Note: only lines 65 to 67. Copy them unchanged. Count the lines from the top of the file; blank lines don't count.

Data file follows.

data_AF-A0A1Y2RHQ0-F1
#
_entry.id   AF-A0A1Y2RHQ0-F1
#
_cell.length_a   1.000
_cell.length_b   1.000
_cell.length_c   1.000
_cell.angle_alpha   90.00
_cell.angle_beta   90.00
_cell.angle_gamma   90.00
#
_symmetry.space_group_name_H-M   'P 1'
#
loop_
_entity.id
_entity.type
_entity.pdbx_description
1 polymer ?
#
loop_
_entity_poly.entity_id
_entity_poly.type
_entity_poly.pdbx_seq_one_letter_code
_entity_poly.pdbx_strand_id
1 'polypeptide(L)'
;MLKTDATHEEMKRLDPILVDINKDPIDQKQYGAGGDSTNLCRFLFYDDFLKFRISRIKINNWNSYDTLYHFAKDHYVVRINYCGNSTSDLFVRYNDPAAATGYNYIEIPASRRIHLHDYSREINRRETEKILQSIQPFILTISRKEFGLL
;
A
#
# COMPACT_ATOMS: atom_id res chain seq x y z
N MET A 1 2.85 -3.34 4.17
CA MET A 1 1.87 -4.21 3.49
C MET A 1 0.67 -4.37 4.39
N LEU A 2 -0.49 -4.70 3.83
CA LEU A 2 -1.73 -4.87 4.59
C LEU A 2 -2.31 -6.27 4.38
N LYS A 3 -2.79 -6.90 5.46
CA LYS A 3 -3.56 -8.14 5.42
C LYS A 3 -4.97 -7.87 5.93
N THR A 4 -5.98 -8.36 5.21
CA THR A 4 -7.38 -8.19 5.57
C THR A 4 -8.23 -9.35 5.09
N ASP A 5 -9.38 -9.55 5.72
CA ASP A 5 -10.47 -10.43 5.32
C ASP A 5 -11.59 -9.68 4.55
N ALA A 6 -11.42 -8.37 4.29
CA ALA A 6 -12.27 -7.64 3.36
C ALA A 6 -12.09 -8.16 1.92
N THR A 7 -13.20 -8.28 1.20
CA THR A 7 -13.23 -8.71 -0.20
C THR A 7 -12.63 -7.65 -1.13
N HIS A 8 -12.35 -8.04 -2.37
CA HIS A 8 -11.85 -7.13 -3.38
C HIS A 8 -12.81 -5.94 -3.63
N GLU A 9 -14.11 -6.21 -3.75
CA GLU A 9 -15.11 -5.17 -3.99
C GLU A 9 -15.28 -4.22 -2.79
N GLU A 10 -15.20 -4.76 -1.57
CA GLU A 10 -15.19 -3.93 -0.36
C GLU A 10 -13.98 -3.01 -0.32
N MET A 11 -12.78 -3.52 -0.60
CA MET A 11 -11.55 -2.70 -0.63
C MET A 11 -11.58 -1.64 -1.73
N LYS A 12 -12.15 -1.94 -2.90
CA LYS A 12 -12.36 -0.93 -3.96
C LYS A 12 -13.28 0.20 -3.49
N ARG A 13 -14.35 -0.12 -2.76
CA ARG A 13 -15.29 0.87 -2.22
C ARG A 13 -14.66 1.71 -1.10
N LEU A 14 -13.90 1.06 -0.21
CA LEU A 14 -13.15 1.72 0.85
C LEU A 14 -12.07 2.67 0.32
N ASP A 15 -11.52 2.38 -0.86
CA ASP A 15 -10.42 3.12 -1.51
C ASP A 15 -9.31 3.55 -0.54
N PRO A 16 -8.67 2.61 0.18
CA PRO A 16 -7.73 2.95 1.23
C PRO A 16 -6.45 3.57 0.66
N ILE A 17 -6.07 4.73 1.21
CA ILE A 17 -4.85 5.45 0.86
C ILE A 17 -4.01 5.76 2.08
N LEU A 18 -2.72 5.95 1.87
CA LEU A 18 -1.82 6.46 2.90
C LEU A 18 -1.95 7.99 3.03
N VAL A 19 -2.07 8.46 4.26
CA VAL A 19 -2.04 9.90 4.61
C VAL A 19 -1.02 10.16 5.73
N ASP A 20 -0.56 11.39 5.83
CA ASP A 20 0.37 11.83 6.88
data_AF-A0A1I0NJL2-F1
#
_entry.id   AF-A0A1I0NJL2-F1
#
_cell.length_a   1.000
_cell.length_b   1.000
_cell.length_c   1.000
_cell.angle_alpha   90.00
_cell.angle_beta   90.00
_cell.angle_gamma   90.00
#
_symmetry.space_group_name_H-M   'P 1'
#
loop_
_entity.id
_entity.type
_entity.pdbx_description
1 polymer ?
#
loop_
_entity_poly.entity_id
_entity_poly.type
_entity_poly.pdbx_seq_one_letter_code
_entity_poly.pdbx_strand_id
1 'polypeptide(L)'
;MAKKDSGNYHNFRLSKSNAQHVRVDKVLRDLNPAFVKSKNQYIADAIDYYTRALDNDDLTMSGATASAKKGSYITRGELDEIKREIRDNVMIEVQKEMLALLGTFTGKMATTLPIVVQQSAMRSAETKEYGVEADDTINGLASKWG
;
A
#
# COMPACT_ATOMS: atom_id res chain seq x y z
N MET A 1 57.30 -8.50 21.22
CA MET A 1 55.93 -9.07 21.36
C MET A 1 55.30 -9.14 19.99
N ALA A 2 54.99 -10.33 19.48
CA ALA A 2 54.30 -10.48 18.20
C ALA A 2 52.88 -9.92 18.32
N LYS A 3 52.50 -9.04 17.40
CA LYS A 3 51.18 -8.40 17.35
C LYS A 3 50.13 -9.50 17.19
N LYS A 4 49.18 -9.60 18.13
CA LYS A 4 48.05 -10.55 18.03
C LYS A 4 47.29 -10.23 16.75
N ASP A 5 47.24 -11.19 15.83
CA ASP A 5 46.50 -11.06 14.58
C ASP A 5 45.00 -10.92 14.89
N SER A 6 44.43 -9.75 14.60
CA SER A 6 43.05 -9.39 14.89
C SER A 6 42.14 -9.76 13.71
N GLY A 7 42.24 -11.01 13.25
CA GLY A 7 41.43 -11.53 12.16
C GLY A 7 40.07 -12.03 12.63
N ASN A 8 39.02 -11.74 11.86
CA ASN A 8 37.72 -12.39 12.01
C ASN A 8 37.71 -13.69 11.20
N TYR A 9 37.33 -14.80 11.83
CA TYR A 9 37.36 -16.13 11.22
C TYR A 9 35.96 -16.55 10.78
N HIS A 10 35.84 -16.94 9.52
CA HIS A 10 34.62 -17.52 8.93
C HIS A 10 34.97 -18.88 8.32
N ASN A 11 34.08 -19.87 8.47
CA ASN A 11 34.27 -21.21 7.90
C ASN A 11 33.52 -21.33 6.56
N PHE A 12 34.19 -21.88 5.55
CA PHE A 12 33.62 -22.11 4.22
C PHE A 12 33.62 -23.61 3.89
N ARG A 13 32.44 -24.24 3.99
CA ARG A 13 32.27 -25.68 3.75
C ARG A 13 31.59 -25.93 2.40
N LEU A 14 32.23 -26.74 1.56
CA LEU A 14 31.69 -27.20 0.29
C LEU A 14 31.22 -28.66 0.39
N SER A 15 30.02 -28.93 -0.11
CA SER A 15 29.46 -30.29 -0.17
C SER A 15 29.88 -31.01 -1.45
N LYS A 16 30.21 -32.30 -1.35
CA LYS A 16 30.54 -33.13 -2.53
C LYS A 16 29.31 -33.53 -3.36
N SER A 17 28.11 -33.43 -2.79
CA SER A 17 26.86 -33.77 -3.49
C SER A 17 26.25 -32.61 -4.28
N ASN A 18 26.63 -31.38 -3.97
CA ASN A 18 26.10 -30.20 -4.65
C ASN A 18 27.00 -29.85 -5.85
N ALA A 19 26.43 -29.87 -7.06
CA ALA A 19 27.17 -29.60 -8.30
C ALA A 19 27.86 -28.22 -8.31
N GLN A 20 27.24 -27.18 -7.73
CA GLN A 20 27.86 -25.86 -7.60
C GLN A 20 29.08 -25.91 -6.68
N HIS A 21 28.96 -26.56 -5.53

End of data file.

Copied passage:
CA LYS A 12 -12.36 -0.93 -3.96
C LYS A 12 -13.28 0.20 -3.49
N ARG A 13 -14.35 -0.12 -2.76